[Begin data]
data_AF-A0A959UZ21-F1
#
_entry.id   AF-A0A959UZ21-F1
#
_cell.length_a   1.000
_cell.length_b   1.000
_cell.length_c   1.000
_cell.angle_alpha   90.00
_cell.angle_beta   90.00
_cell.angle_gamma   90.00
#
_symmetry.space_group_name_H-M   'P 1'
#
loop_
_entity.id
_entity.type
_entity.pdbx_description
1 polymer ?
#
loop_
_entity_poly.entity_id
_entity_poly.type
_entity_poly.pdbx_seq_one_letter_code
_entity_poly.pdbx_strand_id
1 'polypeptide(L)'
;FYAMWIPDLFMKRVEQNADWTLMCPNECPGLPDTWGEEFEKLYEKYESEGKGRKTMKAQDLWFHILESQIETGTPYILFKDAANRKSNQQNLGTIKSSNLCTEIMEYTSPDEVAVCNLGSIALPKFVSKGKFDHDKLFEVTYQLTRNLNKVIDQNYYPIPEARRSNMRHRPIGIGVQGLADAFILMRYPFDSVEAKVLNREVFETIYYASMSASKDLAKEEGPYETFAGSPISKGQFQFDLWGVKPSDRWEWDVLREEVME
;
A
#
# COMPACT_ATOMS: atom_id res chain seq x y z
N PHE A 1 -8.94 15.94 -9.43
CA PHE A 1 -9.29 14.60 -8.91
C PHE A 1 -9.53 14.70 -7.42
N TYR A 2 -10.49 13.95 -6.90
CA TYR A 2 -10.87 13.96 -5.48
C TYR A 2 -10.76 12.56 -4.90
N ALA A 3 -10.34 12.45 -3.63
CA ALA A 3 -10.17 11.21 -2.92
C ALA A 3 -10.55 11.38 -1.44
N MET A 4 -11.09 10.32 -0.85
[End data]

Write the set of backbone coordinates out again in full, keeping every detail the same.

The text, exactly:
data_AF-A0A959UZ21-F1
#
_entry.id   AF-A0A959UZ21-F1
#
_cell.length_a   1.000
_cell.length_b   1.000
_cell.length_c   1.000
_cell.angle_alpha   90.00
_cell.angle_beta   90.00
_cell.angle_gamma   90.00
#
_symmetry.space_group_name_H-M   'P 1'
#
loop_
_entity.id
_entity.type
_entity.pdbx_description
1 polymer ?
#
loop_
_entity_poly.entity_id
_entity_poly.type
_entity_poly.pdbx_seq_one_letter_code
_entity_poly.pdbx_strand_id
1 'polypeptide(L)'
;FYAMWIPDLFMKRVEQNADWTLMCPNECPGLPDTWGEEFEKLYEKYESEGKGRKTMKAQDLWFHILESQIETGTPYILFKDAANRKSNQQNLGTIKSSNLCTEIMEYTSPDEVAVCNLGSIALPKFVSKGKFDHDKLFEVTYQLTRNLNKVIDQNYYPIPEARRSNMRHRPIGIGVQGLADAFILMRYPFDSVEAKVLNREVFETIYYASMSASKDLAKEEGPYETFAGSPISKGQFQFDLWGVKPSDRWEWDVLREEVME
;
A
#
# COMPACT_ATOMS: atom_id res chain seq x y z
N PHE A 1 -8.94 15.94 -9.43
CA PHE A 1 -9.29 14.60 -8.91
C PHE A 1 -9.53 14.70 -7.42
N TYR A 2 -10.49 13.95 -6.90
CA TYR A 2 -10.87 13.96 -5.48
C TYR A 2 -10.76 12.56 -4.90
N ALA A 3 -10.34 12.45 -3.63
CA ALA A 3 -10.17 11.21 -2.92
C ALA A 3 -10.55 11.38 -1.44
N MET A 4 -11.09 10.32 -0.85